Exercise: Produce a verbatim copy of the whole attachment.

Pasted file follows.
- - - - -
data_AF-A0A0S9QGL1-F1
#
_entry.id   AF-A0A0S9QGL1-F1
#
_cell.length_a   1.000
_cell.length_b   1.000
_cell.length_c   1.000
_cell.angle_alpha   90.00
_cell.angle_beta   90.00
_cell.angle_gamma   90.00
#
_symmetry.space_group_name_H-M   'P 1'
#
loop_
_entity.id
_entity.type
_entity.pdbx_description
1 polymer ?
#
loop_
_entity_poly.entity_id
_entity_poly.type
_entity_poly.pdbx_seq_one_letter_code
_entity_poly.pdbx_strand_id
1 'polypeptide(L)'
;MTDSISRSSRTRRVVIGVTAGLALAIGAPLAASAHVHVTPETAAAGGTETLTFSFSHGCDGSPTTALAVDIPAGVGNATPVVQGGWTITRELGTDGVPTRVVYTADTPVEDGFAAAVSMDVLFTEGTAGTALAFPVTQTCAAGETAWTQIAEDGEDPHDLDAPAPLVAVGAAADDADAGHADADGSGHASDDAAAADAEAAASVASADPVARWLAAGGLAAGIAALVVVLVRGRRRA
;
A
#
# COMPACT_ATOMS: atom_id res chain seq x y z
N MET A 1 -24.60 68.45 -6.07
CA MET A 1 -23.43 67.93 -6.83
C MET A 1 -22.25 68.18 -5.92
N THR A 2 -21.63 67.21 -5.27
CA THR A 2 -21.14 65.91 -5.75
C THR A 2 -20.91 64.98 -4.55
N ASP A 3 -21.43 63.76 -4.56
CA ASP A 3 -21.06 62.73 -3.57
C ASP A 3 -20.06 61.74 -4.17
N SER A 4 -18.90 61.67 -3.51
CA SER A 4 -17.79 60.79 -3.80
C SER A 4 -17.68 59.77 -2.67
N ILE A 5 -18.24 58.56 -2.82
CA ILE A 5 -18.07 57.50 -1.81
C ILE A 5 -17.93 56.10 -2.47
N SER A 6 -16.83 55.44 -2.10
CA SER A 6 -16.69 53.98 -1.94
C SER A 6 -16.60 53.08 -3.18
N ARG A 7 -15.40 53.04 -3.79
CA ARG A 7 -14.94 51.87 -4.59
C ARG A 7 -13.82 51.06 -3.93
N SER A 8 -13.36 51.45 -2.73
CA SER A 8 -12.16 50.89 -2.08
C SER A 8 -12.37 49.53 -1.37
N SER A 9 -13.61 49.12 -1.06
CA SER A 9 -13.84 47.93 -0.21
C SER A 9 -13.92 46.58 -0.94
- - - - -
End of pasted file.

data_AF-A0A0S9QGL1-F1
#
_entry.id   AF-A0A0S9QGL1-F1
#
_cell.length_a   1.000
_cell.length_b   1.000
_cell.length_c   1.000
_cell.angle_alpha   90.00
_cell.angle_beta   90.00
_cell.angle_gamma   90.00
#
_symmetry.space_group_name_H-M   'P 1'
#
loop_
_entity.id
_entity.type
_entity.pdbx_description
1 polymer ?
#
loop_
_entity_poly.entity_id
_entity_poly.type
_entity_poly.pdbx_seq_one_letter_code
_entity_poly.pdbx_strand_id
1 'polypeptide(L)'
;MTDSISRSSRTRRVVIGVTAGLALAIGAPLAASAHVHVTPETAAAGGTETLTFSFSHGCDGSPTTALAVDIPAGVGNATPVVQGGWTITRELGTDGVPTRVVYTADTPVEDGFAAAVSMDVLFTEGTAGTALAFPVTQTCAAGETAWTQIAEDGEDPHDLDAPAPLVAVGAAADDADAGHADADGSGHASDDAAAADAEAAASVASADPVARWLAAGGLAAGIAALVVVLVRGRRRA
;
A
#
# COMPACT_ATOMS: atom_id res chain seq x y z
N MET A 1 -24.60 68.45 -6.07
CA MET A 1 -23.43 67.93 -6.83
C MET A 1 -22.25 68.18 -5.92
N THR A 2 -21.63 67.21 -5.27
CA THR A 2 -21.14 65.91 -5.75
C THR A 2 -20.91 64.98 -4.55
N ASP A 3 -21.43 63.76 -4.56
CA ASP A 3 -21.06 62.73 -3.57
C ASP A 3 -20.06 61.74 -4.17
N SER A 4 -18.90 61.67 -3.51
CA SER A 4 -17.79 60.79 -3.80
C SER A 4 -17.68 59.77 -2.67
N ILE A 5 -18.24 58.56 -2.82
CA ILE A 5 -18.07 57.50 -1.81
C ILE A 5 -17.93 56.10 -2.47
N SER A 6 -16.83 55.44 -2.10
CA SER A 6 -16.69 53.98 -1.94
C SER A 6 -16.60 53.08 -3.18
N ARG A 7 -15.40 53.04 -3.79
CA ARG A 7 -14.94 51.87 -4.59
C ARG A 7 -13.82 51.06 -3.93
N SER A 8 -13.36 51.45 -2.73
CA SER A 8 -12.16 50.89 -2.08
C SER A 8 -12.37 49.53 -1.37
N SER A 9 -13.61 49.12 -1.06
CA SER A 9 -13.84 47.93 -0.21
C SER A 9 -13.92 46.58 -0.94